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The Flying Zoo

The Flying Zoo

Birds, Parasites, and the World They Share
tagged : ornithology, birds
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Effin' Birds

Effin' Birds

A Field Guide to Identification
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Have you ever listened to the melodic chirping of birds and wondered what they were trying to communicate?

Some of the world’s most brilliant scientists have spent decades studying birdsong to gain an understanding of birds: their society, their needs, their hopes and dreams. Are birds gripped by the paralysing fear that they’ll fail to provide for their families? Do they aspire to meaningful careers? Are they frustrated at the pace of social progress in the world? 

It turns out that these were the feelings of the scientists and not the birds at all. Advances in machine learning over the past ten years have allowed for detailed scenario analysis of birds and their songs, and multiple computer-driven studies* that compiled years’ worth of audio and video recordings came to an astonishing conclusion: most of the time, birds are just saying, “F**k off.”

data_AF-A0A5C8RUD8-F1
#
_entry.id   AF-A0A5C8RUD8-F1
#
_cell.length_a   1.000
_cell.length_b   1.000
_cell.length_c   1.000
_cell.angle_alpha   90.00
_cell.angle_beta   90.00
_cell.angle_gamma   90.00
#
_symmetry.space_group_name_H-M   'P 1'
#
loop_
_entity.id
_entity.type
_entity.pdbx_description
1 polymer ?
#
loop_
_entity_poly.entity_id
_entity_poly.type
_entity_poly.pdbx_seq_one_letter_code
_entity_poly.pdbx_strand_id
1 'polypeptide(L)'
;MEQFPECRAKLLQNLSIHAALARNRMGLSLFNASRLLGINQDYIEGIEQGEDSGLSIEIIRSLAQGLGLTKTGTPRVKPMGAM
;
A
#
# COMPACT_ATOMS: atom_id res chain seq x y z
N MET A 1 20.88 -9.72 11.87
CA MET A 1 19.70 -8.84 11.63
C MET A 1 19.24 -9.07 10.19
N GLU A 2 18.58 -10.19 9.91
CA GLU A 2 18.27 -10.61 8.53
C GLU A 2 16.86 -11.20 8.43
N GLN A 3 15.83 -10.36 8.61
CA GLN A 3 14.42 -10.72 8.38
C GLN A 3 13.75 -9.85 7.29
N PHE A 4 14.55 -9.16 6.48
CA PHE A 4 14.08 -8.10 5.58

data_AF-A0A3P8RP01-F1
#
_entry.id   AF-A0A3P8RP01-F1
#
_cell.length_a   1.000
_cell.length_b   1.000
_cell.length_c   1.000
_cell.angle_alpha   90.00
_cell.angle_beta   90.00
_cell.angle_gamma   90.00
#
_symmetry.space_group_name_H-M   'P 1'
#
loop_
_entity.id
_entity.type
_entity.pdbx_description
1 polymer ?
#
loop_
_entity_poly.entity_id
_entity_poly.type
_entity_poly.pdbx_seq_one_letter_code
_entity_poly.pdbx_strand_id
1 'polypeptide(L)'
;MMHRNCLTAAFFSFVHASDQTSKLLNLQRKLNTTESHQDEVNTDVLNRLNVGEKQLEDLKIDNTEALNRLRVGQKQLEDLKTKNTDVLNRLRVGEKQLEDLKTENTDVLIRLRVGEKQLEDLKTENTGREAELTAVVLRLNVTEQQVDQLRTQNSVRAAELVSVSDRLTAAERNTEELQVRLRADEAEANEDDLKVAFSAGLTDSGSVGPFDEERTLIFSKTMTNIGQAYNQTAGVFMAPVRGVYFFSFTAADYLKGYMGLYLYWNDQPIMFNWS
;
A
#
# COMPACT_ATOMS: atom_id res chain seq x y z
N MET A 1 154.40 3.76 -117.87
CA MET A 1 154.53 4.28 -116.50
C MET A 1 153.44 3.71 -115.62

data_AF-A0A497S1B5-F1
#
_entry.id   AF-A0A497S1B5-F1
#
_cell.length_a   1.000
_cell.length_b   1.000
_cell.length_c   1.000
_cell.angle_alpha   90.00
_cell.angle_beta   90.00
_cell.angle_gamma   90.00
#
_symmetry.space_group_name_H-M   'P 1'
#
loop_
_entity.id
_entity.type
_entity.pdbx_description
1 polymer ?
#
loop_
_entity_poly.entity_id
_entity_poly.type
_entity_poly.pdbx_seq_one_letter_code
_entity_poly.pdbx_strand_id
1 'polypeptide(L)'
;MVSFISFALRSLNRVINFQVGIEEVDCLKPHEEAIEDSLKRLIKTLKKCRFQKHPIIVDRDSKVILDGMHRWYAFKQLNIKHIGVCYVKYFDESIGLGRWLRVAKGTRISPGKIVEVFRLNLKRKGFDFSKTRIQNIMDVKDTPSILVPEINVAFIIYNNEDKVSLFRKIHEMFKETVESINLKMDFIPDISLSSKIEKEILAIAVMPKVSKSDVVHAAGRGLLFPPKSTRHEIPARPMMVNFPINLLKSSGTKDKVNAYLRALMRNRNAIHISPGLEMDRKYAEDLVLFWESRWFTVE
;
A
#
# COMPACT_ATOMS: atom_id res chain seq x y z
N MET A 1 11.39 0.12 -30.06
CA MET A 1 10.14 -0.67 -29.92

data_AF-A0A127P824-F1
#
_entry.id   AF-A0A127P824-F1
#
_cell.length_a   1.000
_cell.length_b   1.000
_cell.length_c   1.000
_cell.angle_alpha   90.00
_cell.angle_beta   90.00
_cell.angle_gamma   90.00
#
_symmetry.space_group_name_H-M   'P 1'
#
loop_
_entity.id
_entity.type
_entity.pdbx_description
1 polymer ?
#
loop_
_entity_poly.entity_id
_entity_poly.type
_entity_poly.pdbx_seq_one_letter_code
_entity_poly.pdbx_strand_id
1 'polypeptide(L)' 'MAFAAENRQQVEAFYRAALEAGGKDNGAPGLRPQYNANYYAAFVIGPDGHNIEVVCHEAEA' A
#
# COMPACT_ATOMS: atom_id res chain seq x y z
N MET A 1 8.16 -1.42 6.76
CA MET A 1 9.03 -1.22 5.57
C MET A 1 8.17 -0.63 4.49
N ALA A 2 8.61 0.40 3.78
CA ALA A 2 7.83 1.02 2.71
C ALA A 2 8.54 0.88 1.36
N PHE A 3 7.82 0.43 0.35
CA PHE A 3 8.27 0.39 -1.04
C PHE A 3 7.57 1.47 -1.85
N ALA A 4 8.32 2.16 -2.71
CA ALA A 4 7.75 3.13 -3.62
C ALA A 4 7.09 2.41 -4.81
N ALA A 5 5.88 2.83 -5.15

Sometimes they’re saying f**k off to predators. Sometimes to other birds. In the studies, scientists found that the birds were disproportionately saying f**k off to the scientists studying them, which led to some sober re-examination of their birdhandling protocols.

This astonishing breakthrough has led to re-evaluations of historic recordings, including one analysis that showed US President Lyndon B. Johnson’s pet lovebirds telling British Prime Minister Harold Wilson to “f**k off and keep f**king off until your feet get wet” during a White House visit, and another in which Challenger the Bald Eagle told Major League Baseball Commissioner Bud Selig to “find a newer and more interesting way to f**k off” at the 1998 World Series. Most embarrassingly, computer analysis shows that the pigeons in the “Feed the Birds” scene of Mary Poppins are actually saying, “Just give us the f**king bread before we die of old age.”

While it would prove impossible to create a definitive listing of every way birds say f**k off, this book is an attempt to catalogue some of the most common, and to place them into broader societal context, along with identifying bird behaviours and characteristics. And while very few people will have access to the advanced computational power needed to understand birdsong precisely, the hope is that the knowledge contained in this book will allow you to look directly into a bird’s eyes and understand it when it tells you to f**k off with that s**t.

* I made these up because this book is fake—but keep that as a secret between you and me and the handful of other nerds who read footnotes.

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